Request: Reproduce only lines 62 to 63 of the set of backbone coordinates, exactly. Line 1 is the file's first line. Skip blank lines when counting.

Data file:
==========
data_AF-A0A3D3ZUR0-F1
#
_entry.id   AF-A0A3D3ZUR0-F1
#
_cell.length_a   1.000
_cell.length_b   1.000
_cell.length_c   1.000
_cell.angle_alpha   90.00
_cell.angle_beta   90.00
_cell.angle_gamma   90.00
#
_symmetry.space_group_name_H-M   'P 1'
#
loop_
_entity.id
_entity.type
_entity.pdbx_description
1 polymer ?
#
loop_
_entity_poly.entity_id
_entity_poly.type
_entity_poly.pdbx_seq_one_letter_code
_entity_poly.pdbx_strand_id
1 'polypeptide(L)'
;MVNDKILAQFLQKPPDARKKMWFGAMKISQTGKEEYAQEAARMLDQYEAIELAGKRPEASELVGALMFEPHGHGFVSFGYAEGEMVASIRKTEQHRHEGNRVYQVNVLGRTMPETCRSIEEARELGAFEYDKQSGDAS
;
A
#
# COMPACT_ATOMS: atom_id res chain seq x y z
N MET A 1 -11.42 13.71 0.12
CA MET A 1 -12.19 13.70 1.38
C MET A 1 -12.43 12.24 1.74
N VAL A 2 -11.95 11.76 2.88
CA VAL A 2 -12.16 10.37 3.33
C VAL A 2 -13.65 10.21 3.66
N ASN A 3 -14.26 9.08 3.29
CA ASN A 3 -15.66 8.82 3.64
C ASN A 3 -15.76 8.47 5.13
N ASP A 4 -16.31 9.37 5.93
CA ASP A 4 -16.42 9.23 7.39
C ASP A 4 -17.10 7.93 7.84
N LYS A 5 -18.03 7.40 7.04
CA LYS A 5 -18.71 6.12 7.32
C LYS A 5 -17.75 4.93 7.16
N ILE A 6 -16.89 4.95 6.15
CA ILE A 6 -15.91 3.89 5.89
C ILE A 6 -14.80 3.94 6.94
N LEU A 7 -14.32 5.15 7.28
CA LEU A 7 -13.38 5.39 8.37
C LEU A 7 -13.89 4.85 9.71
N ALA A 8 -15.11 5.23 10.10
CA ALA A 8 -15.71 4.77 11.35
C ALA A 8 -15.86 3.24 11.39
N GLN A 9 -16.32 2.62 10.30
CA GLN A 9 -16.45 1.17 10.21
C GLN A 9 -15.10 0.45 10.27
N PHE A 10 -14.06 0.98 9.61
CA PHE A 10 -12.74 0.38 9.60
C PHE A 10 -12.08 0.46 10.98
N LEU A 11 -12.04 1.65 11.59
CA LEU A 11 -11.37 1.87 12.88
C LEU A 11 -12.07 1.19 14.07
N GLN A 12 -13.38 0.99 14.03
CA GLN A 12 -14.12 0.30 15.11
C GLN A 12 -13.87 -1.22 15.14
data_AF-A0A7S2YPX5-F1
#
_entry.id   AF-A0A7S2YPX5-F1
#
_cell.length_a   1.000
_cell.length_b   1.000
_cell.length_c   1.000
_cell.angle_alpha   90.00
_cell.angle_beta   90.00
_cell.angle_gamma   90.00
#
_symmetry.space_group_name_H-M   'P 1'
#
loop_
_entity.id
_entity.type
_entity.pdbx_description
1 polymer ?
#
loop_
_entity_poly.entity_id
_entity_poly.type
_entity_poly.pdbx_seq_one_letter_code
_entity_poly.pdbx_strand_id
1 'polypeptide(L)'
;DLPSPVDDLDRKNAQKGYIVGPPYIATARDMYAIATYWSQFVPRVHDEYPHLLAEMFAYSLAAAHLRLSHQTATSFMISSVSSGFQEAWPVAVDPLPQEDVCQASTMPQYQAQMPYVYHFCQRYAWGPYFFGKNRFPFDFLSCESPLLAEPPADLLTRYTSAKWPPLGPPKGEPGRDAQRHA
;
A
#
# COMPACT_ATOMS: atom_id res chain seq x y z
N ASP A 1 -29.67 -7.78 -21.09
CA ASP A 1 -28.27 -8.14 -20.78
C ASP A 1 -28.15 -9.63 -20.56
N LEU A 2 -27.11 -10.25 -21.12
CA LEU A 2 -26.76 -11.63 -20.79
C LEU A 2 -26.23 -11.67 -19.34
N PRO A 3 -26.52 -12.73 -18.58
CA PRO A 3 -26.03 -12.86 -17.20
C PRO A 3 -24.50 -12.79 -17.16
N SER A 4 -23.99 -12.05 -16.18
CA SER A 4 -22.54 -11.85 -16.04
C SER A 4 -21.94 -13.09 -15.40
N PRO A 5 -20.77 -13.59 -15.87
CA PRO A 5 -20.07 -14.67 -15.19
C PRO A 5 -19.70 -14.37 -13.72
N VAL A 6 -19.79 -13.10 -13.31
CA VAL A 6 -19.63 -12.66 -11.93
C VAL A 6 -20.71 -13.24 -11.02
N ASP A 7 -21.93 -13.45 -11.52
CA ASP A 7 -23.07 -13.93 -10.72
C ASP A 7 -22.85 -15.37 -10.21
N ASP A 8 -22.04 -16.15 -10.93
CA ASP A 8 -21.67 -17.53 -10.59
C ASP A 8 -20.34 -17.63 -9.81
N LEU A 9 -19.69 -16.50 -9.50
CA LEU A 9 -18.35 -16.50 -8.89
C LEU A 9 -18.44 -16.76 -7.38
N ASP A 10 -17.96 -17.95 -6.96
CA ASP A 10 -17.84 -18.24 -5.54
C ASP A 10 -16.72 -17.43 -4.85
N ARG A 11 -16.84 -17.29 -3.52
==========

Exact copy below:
CA LEU A 11 -11.37 1.87 12.88
C LEU A 11 -12.07 1.19 14.07